Ezra Stoller’s photographs of Frank Lloyd Wright’s Guggenheim Museum, Eero Saarinen’s TWA Terminal, Marcel Breuer’s Whitney Museum building, and other marvels of modern architecture have been widely credited with introducing modernism to the masses in the decades after World War II. Now the Carnegie Museum of Art in Pittsburgh is using a portfolio of Stoller’s photographs that it recently acquired to anchor an exhibit of architectural photography.

The exhibit, “Architecture + Photography,” opened at the museum’s Heinz Architectural Center on April 11 and runs through May 26. It includes a selection of photographs of historic buildings in Charleston, South Carolina, by Frances Benjamin Johnson; selections from a collection of photographs of buildings created by the Carnegie Corporation in the 1920s; and images from the museum’s photography department.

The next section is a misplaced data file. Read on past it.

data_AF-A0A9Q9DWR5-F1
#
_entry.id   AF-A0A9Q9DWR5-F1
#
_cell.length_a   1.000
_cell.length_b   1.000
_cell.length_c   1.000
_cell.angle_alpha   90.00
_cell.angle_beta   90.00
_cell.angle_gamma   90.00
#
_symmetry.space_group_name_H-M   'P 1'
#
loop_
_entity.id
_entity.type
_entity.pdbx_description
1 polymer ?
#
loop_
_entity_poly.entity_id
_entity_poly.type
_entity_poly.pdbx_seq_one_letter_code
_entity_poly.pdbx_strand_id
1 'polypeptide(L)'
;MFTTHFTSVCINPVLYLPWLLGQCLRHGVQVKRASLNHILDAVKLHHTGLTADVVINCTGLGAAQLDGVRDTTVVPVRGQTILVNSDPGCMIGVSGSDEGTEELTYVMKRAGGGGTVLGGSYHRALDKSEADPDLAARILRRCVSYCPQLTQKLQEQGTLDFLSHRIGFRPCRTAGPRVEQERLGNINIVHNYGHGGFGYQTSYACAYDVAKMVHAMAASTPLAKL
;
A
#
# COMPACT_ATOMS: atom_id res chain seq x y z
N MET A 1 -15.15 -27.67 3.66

But the centerpiece of the exhibition arguably is the museum’s new portfolio of Stoller photographs. Stoller, who died at 89 in 2004, trained as an architect before turning to photography. Using a large-format camera and shooting almost exclusively in black-and-white, Stoller captured modern buildings at precise angles and in precise lighting—skills that earned him the respect of, and commissions from, some of the leading architects of the modern era.

“I see my work in a way that is analogous to a musician given a score to play who must bring it to life and make the piece as good as it can be,” Stoller was quoted as saying in a brochure for an exhibition of his photographs that was being staged at the Williams College of Art at the time of his death. “While I cannot make a bad building good, I can draw out the strengths in a work that has strength.”

Click through the slideshow to view some of the Stoller photographs that have been included in the Carnegie Museum exhibit.